And if this psychic chain-mail is breached? The Arab, he continues, "must defend his public image. Any injury done to a man's honor must be revenged, or else he becomes permanently dishonored," Pryce-Jones writes. "Shame is a living death, not to be endured, requiring that it be avenged." For my part, I discovered this cultural and psychological phenomenon throughout the Sunni Triangle. While conversing with dozens of residents, I felt much less the anger of a population that was "occupied," "oppressed," or "enslaved" than the self-loathing of a people in disgrace. After decades of imperious rule, the Sunni Baathists were crushed by America — shamed, humiliated, they felt they had lost something perhaps even more precious than jobs or political power: honor.


Dishonor. This, I came to understand, was a huge factor that propelled the Sunni insurgency and gave it such an air of pointless, self-destructive violence. It is also the reason, I believe, why non-Middle Eastern observers have such trouble understanding the nature of this conflict — particularly Americans, who have no real experience with those extended families called tribes. Nor do we feel any longer a visceral connection between honor and self-respect, or the necessity of the lex talionis ("an eye for an eye," or, as an Arab proverb has it, dam butlub dam, "blood demands blood") to avenge humiliation. But the militants in the Sunni Triangle do. In order to reclaim their personal, family and clan reputations, these Iraqis seek to kill American troops, for only American blood can redeem their honor. The roadside ambushes and barbaric immolations correspond to archaic tribal codes where self-respect is restored only through violence and loss of life.


No wonder the insurgents — and many other Iraqis as well — seem to dwell on the edge of a bottomless chasm of rage: the shame they experience from the American invasion eats away at them. No wonder, too, that the insurgents' movement seems so vague. In my travels through the Sunni Triangle and my time in Baghdad I never once saw any symbols, propaganda, or call letters (FLN, NLF, IRA, and so on) that might refer to an organized "liberation front." These "resistance" fighters — or, à la Moore, Iraqi "minutemen" — seemed to have no leaders, issue no communiqués, propound no programs, or even have a name. But why should they? Their primary interest is their own "honor." They may claim they are "patriots" fighting for Iraq — many are, in fact, soldiers and officers from the old Iraqi Army — but at heart they see themselves as tribal warriors engaged in the venerable tradition of honor killings against the biggest tribe of all: America.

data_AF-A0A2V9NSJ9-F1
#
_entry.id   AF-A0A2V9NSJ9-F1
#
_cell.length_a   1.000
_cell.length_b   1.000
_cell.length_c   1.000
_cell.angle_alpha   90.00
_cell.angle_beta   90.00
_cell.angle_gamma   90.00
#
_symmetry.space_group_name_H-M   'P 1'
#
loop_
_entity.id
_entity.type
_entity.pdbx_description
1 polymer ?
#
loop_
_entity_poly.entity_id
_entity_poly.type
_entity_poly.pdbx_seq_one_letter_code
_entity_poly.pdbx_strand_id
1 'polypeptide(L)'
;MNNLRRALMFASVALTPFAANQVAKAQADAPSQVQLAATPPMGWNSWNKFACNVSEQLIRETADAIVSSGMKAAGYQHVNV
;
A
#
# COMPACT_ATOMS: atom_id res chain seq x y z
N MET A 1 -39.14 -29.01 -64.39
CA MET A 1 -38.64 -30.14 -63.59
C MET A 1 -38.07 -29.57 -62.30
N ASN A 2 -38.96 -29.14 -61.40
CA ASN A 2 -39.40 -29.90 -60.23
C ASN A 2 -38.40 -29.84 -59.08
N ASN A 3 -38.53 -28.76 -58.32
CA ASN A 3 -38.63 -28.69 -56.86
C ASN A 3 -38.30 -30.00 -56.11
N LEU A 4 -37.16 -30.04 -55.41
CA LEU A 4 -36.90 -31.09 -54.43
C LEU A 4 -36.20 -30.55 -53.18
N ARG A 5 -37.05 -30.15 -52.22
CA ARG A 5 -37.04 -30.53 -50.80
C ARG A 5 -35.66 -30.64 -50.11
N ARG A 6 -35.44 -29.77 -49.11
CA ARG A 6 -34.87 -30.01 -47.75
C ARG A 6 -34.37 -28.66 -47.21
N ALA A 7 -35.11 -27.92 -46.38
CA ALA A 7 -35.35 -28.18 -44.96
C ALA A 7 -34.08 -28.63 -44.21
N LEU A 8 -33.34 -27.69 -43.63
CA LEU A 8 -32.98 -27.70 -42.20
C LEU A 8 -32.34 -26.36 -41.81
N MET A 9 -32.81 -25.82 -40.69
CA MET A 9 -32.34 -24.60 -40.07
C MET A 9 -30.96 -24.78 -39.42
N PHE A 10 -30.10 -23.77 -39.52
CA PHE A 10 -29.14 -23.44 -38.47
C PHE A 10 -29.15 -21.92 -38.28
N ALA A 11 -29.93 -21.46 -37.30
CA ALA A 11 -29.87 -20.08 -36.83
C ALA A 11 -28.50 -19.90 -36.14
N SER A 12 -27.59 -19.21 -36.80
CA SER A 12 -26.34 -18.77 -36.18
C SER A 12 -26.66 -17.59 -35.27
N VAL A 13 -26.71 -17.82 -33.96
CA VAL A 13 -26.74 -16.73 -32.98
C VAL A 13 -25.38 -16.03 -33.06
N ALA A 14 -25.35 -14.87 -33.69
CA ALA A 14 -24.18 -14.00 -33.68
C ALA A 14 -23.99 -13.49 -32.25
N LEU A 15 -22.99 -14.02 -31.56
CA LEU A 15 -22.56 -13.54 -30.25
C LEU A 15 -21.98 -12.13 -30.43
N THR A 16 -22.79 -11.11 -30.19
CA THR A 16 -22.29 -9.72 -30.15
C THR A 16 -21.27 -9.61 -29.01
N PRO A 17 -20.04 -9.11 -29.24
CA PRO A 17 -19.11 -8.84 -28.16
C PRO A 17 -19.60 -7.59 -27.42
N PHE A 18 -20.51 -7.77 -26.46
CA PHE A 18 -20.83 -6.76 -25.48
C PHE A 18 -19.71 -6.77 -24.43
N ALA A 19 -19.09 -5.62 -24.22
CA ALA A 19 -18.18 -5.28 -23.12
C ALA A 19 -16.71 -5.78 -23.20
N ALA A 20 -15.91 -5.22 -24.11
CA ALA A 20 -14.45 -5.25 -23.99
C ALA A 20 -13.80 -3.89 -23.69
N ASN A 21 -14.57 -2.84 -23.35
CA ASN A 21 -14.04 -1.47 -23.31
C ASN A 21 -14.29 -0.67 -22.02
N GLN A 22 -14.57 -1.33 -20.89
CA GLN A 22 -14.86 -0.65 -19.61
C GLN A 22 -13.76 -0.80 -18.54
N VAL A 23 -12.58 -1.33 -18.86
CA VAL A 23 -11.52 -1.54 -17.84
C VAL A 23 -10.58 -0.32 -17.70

By failing immediately to occupy and pacify the Sunni Triangle during the war, the U.S. allowed the affiliation between tribal groups and the Baath Party to reform and reassert itself. Gradually, a combination of embarrassment, humiliation, disgrace, and dishonor, fueled by a genuine diminution in the Sunnis' quality of life, compelled these Iraqis to seek revenge rather than political negotiation. Attacks on U.S. soldiers produced American counter-responses, killing Iraqi civilians and initiating further cycles of honor and revenge slayings. Gradually, the Sunni's tribal mentality drew the U.S. into a new kind of war: an unreasonable war fought not for familiar goals like territory, riches, or ideology, but for the irrational, intangible prizes of honor and self-respect.


December 17, 2004, 8:43 a.m.

The Wrong Words

Moral and linguistic clarity are crucial in this conflict.


We must also take action against our own Iraqi citizens who choose to collaborate with the enemy. . . . If someone you know is considering taking a job with the Americans, tell him that he is engaging in treason and encourage him to seek honest work instead. If he refuses, you must kill him as a warning to other weak-minded individuals.— Ted Rall


As long as we're here, we're the occupying power. It's a very ugly word, but its true.— Paul Bremer



Barely a week after my last visit to Fallujah, twenty-two policemen died when their station came under a fierce and organized assault by some seventy attackers. I have often wondered if my mustachioed friend with whom I lunched was among the fatalities, but I will never know. Nor will I ever know the identity of the assailants. Hearing about the attack in Baghdad, I surfed the internet for additional information. I found anti-war websites — among them, the indomitable Occupation Watch — that called the gunmen the "resistance." The London-based news service Reuters used the term "guerrillas"; another news source mentioned "insurgents." Returning to my room, I caught a BBC-TV newscaster who reported that the fighters were "insurgents, anti-Coalition forces, whatever you want to call them."